8. Should COVID-19 patients with newly positive antiphospholipid antibodies get follow-up testing for antiphospholipid antibodies?

Low levels of aPL, which can occur during infections, are usually transient (temporary). Very limited published data support the transient nature of these antibodies, as some COVID-19 patients with positive aPL were tested negative at one month. To help guide medical decision making, patients should get retested for aPL after 12 weeks if the initial set of aPL tests was positive.

9. Should COVID-19 patients with positive antiphospholipid antibodies be on blood thinner treatments?

As discussed above, there is mixed data on the association between new aPL positivity in COVID-19 patients and clotting risk. However, hospitalized COVID-19 patients have an increased frequency of blood clots and should be at least on preventive-dose blood thinners. The role of continued blood thinners after hospital discharge is still under investigation, though it is generally recommended in patients with high risk for clotting. The benefit of blood thinners in non-hospitalized COVID-19 patients is uncertain.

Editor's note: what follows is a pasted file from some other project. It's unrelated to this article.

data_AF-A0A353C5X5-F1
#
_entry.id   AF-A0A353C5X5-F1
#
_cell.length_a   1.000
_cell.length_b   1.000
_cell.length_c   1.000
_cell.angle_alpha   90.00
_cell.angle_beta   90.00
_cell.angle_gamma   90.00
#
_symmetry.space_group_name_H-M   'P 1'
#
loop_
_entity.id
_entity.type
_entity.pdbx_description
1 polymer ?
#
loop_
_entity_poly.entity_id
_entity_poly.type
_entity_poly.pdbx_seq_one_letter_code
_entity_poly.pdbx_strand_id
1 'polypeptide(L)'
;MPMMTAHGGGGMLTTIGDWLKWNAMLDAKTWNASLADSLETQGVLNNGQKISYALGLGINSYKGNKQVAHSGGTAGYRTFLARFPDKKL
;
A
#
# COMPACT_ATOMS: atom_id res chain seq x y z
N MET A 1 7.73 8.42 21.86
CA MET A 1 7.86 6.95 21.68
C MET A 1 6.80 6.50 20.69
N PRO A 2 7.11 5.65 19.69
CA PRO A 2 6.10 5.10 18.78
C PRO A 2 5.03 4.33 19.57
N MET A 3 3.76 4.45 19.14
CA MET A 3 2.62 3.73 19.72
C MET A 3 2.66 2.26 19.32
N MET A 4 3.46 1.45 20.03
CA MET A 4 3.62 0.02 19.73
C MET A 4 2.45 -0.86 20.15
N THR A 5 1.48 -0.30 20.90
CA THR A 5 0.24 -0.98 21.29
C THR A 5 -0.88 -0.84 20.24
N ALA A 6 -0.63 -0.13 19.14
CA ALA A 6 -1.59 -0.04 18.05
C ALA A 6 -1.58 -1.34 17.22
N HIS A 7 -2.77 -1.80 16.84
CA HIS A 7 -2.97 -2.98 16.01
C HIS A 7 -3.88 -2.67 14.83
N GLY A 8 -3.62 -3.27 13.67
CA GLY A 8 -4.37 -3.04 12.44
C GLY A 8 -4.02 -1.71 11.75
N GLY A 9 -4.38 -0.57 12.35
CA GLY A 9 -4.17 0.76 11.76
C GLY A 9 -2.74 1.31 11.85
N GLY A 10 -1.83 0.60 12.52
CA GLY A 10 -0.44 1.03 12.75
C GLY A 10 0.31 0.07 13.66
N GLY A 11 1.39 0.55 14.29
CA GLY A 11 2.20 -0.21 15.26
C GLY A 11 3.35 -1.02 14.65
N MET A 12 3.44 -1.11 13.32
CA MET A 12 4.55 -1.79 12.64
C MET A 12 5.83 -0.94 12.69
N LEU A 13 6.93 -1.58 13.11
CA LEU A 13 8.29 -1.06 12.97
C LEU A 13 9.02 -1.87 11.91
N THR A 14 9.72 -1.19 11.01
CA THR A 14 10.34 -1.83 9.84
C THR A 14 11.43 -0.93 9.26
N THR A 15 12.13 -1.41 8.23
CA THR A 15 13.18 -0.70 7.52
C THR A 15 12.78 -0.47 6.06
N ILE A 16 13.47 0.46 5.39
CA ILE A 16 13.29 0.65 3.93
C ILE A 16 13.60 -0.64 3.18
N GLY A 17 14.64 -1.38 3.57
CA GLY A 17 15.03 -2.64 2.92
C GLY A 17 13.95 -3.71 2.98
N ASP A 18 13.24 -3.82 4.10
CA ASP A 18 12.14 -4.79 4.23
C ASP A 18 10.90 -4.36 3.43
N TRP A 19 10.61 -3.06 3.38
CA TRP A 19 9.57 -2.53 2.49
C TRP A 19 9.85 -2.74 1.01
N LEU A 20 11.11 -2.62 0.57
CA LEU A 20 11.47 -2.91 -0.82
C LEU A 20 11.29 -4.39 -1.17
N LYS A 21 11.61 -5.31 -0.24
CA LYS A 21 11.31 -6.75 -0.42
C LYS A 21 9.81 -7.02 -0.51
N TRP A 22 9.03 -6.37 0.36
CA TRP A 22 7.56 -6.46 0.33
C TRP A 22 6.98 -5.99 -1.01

10. What precautions should APS patients take to prevent COVID-19?

Patients with APS should follow all standard precautions including social distancing, wearing masks when outside of the home, frequent hand washing, and avoiding contact with sick individuals.

At this time, there are no specific treatments recommended for COVID-19 precaution in patients with APS. Recommendations may be provided on a case-by-case basis by physicians.

References

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  2. Bikdeli B, Madhavan MV, Jimenez D, et al. COVID-19 and Thrombotic or Thromboembolic Disease: Implications for Prevention, Antithrombotic Therapy, and Follow-up. J Am Coll Cardiol. 2020.
  3. Bowles L, Platton S, Yartey N, et al. Lupus Anticoagulant and Abnormal Coagulation Tests in Patients with Covid-19. N Engl J Med. 2020;383(3):288-290.
  4. Devreese KMJ, Linskens EA, Benoit D, Peperstraete H. Antiphospholipid antibodies in patients with COVID-19: A relevant observation?. J Thromb Haemost. 2020.
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  8. Marietta M, Coluccio V, Luppi M. COVID-19, coagulopathy and venous thromboembolism: more questions than answers. Intern Emerg Med. 2020;